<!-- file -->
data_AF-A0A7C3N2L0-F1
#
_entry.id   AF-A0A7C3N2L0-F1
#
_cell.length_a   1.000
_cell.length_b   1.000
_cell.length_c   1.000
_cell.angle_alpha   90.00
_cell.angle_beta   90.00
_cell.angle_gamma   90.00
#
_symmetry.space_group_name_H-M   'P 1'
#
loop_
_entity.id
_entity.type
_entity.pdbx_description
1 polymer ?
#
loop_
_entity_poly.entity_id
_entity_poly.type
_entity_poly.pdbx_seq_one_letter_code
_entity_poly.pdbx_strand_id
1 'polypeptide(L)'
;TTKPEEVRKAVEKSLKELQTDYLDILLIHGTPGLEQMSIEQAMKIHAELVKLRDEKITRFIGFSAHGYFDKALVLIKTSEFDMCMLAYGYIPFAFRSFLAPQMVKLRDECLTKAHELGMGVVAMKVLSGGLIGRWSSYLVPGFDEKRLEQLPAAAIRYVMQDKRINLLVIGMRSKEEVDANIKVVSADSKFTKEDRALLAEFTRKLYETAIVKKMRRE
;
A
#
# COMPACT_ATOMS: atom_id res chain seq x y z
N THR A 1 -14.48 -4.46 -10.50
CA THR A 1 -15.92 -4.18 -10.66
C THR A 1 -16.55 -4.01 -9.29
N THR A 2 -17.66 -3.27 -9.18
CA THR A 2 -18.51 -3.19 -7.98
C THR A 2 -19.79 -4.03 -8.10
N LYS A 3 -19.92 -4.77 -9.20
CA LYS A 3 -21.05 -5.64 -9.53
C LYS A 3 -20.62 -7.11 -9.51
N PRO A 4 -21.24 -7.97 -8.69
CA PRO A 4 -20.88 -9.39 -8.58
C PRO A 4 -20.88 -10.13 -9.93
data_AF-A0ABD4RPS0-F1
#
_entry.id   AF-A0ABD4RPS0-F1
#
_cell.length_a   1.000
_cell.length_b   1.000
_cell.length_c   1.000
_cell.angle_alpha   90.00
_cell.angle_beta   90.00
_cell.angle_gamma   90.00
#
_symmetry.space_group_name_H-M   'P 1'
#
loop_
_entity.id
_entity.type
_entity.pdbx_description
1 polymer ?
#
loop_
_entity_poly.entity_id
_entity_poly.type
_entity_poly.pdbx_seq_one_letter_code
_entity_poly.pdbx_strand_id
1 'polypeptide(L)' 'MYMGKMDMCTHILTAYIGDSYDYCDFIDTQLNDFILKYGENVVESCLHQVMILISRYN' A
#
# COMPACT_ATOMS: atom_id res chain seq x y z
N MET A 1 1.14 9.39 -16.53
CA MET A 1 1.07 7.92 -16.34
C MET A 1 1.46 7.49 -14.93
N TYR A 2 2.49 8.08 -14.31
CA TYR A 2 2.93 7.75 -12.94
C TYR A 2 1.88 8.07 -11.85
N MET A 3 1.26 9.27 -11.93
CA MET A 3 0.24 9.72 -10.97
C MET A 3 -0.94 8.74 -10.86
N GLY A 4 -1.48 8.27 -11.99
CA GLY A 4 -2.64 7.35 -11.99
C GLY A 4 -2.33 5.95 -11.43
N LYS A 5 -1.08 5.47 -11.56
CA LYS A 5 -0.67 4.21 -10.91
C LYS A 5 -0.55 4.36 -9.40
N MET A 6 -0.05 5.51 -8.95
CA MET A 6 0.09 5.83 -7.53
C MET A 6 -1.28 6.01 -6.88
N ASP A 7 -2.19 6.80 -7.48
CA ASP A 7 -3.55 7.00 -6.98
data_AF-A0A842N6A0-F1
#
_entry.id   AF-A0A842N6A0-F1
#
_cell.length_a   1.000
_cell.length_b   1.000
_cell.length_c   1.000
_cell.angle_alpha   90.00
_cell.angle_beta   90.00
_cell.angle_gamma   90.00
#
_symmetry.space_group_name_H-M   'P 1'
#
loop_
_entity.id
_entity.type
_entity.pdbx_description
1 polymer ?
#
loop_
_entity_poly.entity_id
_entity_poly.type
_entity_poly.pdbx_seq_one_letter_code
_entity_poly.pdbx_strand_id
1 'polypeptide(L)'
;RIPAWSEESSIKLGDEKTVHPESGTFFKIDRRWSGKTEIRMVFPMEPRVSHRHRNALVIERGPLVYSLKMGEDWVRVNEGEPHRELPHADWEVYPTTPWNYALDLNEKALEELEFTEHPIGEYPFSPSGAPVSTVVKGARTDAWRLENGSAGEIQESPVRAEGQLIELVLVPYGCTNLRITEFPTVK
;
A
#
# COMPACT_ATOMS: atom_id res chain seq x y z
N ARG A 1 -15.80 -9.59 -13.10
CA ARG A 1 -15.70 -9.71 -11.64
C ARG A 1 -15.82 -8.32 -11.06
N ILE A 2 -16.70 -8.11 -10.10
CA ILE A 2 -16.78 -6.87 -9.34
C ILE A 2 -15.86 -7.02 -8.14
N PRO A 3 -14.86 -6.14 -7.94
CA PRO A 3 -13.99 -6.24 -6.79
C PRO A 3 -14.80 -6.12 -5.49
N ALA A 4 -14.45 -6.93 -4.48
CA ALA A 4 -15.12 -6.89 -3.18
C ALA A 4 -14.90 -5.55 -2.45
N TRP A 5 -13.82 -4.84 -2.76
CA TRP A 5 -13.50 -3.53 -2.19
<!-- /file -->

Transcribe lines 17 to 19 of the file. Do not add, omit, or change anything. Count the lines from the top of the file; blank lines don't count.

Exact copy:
_entity.pdbx_description
1 polymer ?
#